Discussion

The current study has proved the hypothesis of the study that pictures or visualization can help to retain words in memory better than words solely. In a short-term perspective, memory of subjects was capable to retain the information they received, i.e. words, which were supported by pictures for some students. Their short-term memory functioned well and allowed them to retain information effectively.

However, in a long-term perspective, the memory can fail to retain words that reveals possible problems with the retention of words in memory in a long-term perspective. Words slipped of the subjects’ memory that is a natural process, in the course of which information learned by individuals erases from the memory steadily and they forget all information or at least its part. In this regard, subjects were naturally vulnerable to the impact of steady erasing of the information from their memory in the course of time. Nevertheless, pictures as visual means helped them to maintain associations with certain words and to retain them in memory. In contrast, students, who lacked such visualization suffered substantial difficulties with recalling the words. This difference between subjects’ long-term memory proves that visualization is really helpful in retaining information in the long-term memory.

The fact that students, who saw pictures and words, retain words better in their memory compared to students, who saw just words, proves the fact that people perceive information through two channels verbal and visual, at the least (Pellegrino, et al., 1973). As students perceived the words, they attempted to retain them in their memory at the verbal level. However, students also perceived images, which they also retained in their memory and developed strong associations between the words and images. As a result, the visual back up enhanced the retention in the long-term perspective since students could recall words better, if they could associate them with pictures they saw.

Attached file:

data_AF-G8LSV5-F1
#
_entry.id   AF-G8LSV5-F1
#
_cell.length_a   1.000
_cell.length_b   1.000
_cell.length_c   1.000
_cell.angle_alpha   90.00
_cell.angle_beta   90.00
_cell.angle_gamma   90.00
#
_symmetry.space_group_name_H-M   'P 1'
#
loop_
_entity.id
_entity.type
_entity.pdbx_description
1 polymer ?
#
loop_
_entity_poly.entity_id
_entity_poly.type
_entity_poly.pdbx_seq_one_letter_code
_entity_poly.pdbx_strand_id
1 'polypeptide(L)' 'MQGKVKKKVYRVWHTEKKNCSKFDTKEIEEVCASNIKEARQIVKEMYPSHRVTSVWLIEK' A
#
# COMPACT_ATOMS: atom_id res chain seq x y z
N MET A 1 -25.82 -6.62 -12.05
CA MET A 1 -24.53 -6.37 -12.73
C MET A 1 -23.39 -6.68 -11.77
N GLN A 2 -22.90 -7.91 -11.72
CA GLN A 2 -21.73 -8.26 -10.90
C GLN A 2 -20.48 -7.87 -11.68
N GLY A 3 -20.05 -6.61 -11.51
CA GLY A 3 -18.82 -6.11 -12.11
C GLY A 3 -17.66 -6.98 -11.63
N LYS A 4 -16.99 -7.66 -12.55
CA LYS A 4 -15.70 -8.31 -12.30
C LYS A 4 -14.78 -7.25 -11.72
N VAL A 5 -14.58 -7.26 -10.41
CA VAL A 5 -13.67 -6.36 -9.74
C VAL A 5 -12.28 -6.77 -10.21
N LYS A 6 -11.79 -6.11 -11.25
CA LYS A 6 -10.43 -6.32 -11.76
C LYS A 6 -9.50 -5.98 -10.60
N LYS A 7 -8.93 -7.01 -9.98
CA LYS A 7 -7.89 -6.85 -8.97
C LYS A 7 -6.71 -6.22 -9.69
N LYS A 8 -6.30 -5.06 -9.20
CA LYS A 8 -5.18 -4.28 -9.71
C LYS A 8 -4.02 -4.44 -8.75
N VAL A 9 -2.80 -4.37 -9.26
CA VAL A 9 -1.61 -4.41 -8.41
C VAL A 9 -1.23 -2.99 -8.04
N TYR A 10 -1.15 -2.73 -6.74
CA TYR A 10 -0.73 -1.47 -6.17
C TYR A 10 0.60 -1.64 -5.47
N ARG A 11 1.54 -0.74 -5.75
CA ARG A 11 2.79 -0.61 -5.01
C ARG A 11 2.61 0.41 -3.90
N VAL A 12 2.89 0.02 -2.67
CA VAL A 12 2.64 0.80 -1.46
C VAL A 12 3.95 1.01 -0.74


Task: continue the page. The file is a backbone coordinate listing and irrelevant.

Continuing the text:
As for the short-term memory, there were unsubstantial differences identified between students, who saw words and pictures, and students, who saw words only. Therefore, the short-term memory works well enough, even if the verbal information solely is perceived by an individual.

At the same time, the study revealed the little positive effect of pictures on the understanding of words by students since, if they encountered a new or difficult word they were unfamiliar with, they normally failed to retain this word in the memory, even if they saw the picture along with the word. At this point, the study proved findings of other researchers (Rusted & Coltheart, 1979), who argued that pictures are of little help to enhance pronunciation and recognition of new words, although they help to enhance the recall of words.

Therefore, the current study reveals the correlation of visualization and verbalization in terms of recall and retention of words in memory. On the other hand, the further study is needed to understand the full extent to which visual images may affect the perception of information and its retention in memory of students. Nevertheless, the study has proved that visualization enhances recall in the short-term memory.